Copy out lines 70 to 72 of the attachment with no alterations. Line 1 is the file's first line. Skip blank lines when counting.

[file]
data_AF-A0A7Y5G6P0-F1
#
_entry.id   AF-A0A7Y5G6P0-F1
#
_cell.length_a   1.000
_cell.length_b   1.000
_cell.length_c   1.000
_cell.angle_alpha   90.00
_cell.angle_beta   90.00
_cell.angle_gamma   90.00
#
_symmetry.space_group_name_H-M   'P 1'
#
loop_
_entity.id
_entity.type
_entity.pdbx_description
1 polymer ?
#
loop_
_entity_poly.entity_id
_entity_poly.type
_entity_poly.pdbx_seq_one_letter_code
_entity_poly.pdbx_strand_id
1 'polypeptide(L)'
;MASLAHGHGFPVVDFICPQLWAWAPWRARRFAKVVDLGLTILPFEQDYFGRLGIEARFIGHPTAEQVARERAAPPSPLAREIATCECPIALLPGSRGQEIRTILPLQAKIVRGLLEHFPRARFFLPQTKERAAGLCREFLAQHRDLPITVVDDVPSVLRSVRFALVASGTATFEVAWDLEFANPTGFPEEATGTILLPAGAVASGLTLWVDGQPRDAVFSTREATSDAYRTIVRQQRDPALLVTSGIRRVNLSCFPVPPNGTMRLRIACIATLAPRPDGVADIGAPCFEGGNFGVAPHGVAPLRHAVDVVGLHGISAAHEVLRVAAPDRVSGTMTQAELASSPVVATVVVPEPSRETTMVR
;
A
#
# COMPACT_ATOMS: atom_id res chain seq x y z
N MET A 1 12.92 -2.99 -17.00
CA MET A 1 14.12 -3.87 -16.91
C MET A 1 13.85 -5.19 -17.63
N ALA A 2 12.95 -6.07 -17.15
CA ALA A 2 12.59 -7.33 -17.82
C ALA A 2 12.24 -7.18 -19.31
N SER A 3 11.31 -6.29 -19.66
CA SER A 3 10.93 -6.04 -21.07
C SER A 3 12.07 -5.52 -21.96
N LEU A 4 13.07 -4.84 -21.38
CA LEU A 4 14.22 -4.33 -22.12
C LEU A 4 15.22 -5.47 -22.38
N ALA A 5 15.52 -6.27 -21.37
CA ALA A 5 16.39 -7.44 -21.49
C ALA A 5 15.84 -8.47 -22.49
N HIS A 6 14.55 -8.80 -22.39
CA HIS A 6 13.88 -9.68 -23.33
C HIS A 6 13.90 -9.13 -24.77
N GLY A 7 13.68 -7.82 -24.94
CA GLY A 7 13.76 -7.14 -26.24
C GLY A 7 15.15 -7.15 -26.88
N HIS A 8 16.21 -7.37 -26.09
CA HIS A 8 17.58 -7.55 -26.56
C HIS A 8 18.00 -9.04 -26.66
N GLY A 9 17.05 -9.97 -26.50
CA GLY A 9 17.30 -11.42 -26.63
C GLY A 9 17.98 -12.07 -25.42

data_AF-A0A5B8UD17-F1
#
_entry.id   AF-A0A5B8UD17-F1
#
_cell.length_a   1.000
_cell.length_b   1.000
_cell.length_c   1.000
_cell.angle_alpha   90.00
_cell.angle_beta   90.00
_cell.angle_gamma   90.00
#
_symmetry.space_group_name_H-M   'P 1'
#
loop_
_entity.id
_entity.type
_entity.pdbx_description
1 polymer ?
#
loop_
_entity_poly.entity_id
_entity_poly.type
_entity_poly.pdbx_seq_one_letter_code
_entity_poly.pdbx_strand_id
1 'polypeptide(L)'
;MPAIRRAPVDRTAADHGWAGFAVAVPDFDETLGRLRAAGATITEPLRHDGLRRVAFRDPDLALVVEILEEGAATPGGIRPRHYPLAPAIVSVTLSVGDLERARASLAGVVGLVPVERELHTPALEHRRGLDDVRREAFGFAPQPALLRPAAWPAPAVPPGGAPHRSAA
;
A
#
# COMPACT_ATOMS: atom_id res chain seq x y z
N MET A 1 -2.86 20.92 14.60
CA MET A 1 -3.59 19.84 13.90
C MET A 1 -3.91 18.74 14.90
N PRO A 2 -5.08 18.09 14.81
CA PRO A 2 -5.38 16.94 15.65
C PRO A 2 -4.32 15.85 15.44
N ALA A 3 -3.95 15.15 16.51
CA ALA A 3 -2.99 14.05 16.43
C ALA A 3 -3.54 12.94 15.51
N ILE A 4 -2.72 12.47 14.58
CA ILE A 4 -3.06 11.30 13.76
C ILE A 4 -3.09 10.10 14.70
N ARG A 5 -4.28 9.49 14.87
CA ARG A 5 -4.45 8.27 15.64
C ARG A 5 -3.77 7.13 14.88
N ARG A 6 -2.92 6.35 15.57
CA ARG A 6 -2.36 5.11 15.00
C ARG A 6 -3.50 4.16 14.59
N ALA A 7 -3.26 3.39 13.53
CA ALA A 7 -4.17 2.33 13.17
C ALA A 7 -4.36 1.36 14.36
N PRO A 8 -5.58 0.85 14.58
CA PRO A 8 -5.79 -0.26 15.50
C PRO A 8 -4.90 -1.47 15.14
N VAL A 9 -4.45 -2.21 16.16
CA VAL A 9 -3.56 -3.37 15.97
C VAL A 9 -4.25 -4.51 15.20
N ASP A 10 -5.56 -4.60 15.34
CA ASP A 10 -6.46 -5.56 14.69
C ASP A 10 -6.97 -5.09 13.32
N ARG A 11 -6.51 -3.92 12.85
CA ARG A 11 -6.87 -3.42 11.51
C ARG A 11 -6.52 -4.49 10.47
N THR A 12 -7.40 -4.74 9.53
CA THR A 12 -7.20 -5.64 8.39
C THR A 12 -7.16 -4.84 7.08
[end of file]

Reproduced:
#
loop_
_entity.id